An estimated one in six dogs suffer from car sickness during travel, but driving with your dog is necessary for maintaining their health and enjoying new adventures together. After all, vet visits are a must and outings to the beach just aren’t the same without the family pup.
So how do you help your dog manage this unpleasant problem?
The nausea, drooling, shaking and anxiety seen during car travel may be caused by the balance mechanism within the ear or just plain old fear of the vehicle’s strange sights, sounds, smells and sensations.
True motion sickness is far more common in puppies, just as it is more common in children than adults. The reason is that the ear structures that control balance are not yet fully mature, causing a sensation similar to vertigo during travel.
Most dogs will outgrow this unpleasant problem, but others struggle with driving-related nausea all their lives. Even after the ears have fully matured, they may still associate car rides with nausea and vomiting, having been conditioned by their early negative experiences.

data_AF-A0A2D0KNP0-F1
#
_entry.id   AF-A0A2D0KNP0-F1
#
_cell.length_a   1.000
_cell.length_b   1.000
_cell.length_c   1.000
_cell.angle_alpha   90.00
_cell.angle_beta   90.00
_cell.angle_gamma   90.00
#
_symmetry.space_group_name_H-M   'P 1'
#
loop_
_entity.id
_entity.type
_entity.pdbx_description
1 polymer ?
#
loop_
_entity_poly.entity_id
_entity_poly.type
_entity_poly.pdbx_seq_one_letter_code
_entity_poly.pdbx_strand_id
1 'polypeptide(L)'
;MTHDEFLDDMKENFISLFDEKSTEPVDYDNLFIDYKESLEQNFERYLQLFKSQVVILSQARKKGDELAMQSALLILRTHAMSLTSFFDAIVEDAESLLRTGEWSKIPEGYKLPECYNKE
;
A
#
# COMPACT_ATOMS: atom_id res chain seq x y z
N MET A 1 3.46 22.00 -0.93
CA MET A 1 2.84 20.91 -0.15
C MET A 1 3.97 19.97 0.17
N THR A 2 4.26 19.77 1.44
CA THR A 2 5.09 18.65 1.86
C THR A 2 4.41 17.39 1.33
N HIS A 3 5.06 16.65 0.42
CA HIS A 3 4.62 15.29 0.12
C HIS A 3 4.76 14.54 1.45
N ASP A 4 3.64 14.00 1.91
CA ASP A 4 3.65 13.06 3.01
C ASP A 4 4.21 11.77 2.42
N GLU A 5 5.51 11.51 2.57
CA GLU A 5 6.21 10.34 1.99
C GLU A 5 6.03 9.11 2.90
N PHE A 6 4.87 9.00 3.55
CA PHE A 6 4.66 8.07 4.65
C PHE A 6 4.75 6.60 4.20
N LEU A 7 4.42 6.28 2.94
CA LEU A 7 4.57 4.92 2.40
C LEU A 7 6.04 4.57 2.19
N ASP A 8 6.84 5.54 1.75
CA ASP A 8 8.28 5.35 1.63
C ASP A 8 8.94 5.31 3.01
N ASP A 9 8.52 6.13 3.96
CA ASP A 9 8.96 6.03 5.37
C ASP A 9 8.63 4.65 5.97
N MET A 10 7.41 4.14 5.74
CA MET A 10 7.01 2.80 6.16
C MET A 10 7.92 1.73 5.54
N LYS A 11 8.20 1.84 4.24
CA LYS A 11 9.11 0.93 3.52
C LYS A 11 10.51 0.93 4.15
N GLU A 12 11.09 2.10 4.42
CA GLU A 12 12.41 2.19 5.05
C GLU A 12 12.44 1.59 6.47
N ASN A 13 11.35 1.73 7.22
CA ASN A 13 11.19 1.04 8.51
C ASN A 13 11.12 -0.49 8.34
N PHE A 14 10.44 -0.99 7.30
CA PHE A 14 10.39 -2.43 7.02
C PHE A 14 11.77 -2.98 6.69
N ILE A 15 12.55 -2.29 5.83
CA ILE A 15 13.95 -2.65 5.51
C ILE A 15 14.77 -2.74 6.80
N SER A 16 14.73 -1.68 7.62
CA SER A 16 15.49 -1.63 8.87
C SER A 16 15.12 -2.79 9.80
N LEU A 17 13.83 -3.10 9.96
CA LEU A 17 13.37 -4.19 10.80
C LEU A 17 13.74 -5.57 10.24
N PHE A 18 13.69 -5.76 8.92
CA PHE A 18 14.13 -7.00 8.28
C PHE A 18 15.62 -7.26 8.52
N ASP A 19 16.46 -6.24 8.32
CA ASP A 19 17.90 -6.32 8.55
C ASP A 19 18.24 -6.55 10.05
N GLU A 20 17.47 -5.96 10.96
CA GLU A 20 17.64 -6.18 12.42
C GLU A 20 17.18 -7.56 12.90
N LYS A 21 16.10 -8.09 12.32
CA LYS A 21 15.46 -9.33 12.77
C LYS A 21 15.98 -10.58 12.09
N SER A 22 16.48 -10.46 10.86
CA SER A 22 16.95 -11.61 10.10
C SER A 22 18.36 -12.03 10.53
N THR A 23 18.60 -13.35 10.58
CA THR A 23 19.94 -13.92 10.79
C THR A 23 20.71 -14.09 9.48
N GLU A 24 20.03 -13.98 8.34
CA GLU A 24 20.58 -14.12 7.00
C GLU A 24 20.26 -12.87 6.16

Several simple tricks can reduce nausea during travel:
- Limit food consumption for several hours before a trip
- Give a small sugary treat like a jellybean (no chocolate or xylitol!) just before heading out
- Always have your dog face forward in the vehicle to help prevent nauseating visual cues
- Make sure the vehicle is cool and well-ventilated
- Crack the windows to balance the air pressure in the car with that outside the vehicle
Reconditioning an anxious or fearful pup to enjoy – or at least tolerate – the car is a bit more complicated. In order to break the association between riding in the car and stress/nausea experts recommend you:
- Give your dog a week or two off from all car travel
- Change vehicles to avoid association with past unpleasant experiences
- Use treats to make the car a fun place for your dog – but be careful not to overdo it!
- Provide special toys your dog only has access to in the car
- Gradually build your dog’s tolerance to car trips
For dogs that do not respond to reconditioning techniques, drugs may be necessary. There are a variety of over-the-counter and prescription drugs on the market to treat the symptoms of motion sickness and anxiety associated with travel.
Just as every human’s response to medication is different, the same is true for our dogs. Dramamine may do wonders for some, while others need something stronger. Always consult your veterinarian before starting any new medication.